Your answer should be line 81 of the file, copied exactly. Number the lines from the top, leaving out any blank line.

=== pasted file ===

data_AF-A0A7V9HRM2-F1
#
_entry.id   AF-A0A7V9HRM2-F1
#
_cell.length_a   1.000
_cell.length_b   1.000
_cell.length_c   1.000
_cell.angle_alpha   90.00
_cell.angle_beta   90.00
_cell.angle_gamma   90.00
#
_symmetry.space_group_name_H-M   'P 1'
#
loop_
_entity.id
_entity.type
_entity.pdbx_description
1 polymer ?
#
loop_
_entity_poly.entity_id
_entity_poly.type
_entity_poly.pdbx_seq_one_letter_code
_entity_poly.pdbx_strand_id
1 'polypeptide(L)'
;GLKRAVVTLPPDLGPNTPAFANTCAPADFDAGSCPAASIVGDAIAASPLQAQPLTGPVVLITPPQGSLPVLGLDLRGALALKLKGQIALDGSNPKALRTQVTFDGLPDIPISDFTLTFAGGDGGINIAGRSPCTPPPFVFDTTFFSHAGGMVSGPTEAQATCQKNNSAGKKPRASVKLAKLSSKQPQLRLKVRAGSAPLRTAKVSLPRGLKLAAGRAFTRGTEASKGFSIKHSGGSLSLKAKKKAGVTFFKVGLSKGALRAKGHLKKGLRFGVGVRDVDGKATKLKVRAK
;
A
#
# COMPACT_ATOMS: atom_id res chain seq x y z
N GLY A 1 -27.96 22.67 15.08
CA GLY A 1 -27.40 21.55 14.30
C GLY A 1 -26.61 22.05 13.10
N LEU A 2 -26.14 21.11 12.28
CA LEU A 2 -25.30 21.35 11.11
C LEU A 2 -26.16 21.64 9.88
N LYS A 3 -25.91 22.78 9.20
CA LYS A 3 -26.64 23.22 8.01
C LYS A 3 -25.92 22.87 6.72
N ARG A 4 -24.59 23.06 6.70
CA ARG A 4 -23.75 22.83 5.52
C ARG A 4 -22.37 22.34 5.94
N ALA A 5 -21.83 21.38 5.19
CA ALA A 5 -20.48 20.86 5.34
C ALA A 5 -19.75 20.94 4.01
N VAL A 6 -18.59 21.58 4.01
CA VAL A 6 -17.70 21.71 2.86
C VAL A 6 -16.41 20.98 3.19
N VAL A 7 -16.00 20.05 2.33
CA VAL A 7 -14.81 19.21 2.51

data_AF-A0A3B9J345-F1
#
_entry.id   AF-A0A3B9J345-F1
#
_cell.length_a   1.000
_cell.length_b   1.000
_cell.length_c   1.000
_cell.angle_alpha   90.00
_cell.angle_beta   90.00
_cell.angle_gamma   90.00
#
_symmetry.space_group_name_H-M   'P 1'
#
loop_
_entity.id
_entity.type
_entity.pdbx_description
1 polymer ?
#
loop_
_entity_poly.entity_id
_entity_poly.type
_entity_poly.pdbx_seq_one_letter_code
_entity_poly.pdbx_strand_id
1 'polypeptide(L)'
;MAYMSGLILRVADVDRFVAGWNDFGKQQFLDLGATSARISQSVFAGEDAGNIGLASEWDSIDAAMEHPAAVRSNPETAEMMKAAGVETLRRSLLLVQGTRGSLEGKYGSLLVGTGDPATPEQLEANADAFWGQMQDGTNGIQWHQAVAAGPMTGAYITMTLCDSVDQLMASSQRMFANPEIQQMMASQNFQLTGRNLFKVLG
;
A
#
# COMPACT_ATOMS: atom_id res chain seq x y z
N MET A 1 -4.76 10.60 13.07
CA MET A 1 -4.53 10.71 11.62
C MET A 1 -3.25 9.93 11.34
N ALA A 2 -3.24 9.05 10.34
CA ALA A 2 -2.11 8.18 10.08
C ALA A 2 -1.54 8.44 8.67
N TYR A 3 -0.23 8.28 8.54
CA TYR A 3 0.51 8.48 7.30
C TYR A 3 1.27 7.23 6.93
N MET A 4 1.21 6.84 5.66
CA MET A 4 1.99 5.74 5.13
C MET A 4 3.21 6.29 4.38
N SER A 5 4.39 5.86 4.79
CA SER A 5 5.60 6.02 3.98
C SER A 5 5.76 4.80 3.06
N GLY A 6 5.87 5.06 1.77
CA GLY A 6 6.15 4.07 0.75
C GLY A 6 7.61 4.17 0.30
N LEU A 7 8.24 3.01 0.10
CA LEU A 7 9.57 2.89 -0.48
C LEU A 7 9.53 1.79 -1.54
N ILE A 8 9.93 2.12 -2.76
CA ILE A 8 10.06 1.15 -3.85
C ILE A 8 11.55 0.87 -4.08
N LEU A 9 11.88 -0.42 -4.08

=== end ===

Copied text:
N MET A 1 -4.76 10.60 13.07